Tesler and Werblood, with offices in Falls Church, Virginia, are experienced attorneys who know Virginia divorce law. In Virginia, the law requires at least one party to be a resident for six months before filing a divorce petition. In addition, Virginia law requires a one-year separation before parties can claim “no fault” grounds. The separation period can be reduced to six months if you and your spouse do not have minor children together, and if you can reach a settlement agreement.
Our attorneys have experience examining grounds for divorce, although “no fault” grounds in which neither party has to prove the other did anything wrong are most common. Grounds for a divorce in Virginia include the following: adultery, sodomy, or buggery without cohabitation after knowledge of the event; adultery, sodomy, or buggery that occurred outside of the marriage; a felony conviction with at least a one-year stay in prison; cruelty, threat of bodily harm, or abandonment; and/or separation of at least one year. In Virginia, legal separation does not exist; instead, voluntary separation is required.
At Tesler and Werblood, we have experience negotiating alimony and child custody for our clients. Alimony can be awarded for a specific amount of time, or for an indefinite period. It can also be awarded as a lump sum. Specific criteria have been determined by the Virginia legislature for the court to consider when determining the amount and length of alimony payments. Annulments are also possible under state law, but there are strict requirements for obtaining an annulment. Ask us about this, and about Separate Maintenance, which enables a spouse to receive support but remain legally married.
At Tesler and Werblood, we have over 35 years of experience practicing law in Fairfax County. In the area of family law, we provide advice and representation for matters concerning divorce, annulment, child custody, adoption, guardianship, and domestic violence. Call us today for more information about how we can help you in this area.
We can help you navigate Virginia’s Juvenile and Domestic Relations District Courts system when pursuing child custody, visitation, and child support issues. Parents can be granted the following types of custody: joint legal custody, in which both parents are responsible for the child; joint physical custody, in which parents share physical custody and care of the child by alternating weeks or months; and sole custody, in which one parent has physical custody and the authority to make day-to-day decisions about the child. In the case of sole custody, the non-custodial parent may seek visitation.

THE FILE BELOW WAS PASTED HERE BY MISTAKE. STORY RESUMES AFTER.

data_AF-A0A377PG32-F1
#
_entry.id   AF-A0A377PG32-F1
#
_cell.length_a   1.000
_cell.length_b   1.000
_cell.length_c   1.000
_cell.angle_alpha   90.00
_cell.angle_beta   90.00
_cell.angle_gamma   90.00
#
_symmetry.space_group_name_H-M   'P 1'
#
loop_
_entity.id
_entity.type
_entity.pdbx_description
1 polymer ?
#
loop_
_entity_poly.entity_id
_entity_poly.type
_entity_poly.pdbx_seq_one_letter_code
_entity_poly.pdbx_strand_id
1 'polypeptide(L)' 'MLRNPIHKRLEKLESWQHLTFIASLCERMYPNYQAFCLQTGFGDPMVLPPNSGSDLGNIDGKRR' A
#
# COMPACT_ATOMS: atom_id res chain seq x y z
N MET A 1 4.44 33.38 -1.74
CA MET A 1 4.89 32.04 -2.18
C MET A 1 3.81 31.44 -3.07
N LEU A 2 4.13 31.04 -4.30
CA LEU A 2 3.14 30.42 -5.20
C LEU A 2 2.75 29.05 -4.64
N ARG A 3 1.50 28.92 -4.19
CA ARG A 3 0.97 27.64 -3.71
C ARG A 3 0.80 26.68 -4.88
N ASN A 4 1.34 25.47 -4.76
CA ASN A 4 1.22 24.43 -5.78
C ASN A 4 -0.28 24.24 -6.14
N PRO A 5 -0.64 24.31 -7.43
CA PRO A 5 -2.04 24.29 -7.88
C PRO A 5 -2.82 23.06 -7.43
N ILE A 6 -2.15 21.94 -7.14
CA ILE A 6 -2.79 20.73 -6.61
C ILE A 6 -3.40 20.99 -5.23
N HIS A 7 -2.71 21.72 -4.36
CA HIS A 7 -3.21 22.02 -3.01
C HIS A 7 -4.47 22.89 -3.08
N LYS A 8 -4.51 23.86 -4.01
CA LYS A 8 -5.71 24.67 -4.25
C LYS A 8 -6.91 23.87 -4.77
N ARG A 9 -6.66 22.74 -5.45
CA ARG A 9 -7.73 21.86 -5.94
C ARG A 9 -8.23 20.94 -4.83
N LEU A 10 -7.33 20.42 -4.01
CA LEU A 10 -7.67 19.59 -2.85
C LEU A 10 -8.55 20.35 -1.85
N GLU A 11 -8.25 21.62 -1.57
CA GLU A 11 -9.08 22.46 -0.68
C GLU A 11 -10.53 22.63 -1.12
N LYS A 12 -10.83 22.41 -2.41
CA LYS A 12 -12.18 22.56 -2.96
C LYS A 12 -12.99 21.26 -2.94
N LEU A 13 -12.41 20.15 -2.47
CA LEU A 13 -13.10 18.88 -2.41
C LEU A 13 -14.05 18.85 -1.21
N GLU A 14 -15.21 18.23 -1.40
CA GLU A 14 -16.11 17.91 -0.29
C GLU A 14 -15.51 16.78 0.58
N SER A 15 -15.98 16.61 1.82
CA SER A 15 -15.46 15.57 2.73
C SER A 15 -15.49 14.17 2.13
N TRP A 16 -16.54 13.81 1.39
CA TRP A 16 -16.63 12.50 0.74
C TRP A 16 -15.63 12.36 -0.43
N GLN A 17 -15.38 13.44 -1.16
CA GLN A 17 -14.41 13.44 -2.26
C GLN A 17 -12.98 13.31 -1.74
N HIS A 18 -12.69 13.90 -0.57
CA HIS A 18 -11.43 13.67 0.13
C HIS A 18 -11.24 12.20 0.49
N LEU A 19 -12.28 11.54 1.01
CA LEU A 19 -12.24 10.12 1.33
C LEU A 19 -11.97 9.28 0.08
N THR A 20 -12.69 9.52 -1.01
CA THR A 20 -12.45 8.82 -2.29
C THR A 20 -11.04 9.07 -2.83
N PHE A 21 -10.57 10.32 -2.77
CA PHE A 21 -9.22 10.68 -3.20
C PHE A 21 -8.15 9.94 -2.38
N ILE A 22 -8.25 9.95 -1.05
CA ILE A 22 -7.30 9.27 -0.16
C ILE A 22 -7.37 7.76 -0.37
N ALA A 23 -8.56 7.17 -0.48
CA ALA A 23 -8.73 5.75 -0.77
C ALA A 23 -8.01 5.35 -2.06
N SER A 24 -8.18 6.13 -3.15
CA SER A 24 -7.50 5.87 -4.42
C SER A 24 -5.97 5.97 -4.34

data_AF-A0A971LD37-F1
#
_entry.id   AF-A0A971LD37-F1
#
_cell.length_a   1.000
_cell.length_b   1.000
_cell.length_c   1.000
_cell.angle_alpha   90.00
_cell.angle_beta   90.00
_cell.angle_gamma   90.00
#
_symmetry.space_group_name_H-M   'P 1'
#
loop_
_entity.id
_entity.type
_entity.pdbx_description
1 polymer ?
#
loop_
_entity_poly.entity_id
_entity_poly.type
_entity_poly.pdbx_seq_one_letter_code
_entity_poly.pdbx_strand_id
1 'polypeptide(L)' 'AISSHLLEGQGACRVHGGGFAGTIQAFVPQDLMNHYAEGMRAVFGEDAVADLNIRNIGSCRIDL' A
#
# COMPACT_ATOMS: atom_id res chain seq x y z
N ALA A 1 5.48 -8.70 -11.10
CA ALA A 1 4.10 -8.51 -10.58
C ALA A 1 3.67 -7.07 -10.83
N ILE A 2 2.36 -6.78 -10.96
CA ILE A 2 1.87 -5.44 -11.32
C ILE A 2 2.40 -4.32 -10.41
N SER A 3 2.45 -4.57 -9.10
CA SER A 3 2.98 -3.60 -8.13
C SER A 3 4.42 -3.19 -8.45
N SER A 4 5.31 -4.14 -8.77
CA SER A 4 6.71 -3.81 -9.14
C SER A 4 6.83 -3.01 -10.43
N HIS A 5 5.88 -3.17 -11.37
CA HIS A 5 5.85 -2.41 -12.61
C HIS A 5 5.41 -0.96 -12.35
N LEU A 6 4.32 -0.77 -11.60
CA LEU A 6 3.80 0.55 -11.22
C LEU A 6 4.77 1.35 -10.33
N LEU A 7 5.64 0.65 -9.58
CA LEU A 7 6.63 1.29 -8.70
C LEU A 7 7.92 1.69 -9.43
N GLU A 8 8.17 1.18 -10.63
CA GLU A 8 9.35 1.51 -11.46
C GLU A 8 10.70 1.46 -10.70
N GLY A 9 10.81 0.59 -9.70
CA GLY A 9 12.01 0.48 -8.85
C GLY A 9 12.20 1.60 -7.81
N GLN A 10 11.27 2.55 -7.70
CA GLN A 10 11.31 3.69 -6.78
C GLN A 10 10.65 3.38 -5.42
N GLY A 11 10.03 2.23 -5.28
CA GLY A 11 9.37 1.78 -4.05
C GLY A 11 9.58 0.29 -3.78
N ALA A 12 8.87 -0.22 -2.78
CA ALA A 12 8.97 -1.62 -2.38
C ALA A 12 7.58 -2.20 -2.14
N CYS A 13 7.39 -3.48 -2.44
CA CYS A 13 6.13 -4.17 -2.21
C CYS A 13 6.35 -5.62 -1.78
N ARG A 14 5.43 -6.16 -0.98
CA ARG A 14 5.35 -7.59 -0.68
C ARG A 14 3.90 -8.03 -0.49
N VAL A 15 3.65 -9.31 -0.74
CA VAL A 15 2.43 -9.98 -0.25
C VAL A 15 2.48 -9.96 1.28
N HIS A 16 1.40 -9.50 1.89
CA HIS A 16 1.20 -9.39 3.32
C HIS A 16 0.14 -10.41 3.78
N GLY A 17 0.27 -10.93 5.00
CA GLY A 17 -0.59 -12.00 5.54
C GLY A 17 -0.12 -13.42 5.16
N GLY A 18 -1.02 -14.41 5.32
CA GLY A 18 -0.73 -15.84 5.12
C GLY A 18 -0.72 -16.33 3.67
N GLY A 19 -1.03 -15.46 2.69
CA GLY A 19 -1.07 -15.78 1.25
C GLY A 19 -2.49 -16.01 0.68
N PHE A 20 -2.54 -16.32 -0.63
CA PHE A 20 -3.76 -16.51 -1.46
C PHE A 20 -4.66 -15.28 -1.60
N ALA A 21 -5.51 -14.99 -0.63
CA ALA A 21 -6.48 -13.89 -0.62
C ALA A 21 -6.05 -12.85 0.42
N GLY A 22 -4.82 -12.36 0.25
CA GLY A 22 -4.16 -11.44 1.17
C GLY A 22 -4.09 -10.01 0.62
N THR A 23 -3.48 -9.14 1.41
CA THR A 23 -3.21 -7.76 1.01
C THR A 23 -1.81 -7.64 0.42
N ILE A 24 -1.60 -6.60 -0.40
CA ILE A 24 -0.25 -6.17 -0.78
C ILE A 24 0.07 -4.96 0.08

At Tesler and Werblood, we can help you navigate Virginia’s laws regulating the adoption process. In order to adopt in Virginia, prospective parents must complete a six-month home residency period. If the child is 14 or older, the consent of the child must be obtained. If using an agency, the adoptive parents must petition the court, and obtain consent from the agency in order to finalize the adoption.
Virginia law provides certain protections for those who are alleged to be a victim of any act involving violence, force, or threat, including domestic violence. We can apply for a protective order on your behalf to protect you and others in your home. We can petition the court for changes to child custody agreements based on the occurrence of violence, and provide advice and guidance on ways to protect yourself, including a legal substitute address that can be used in place of your physical address.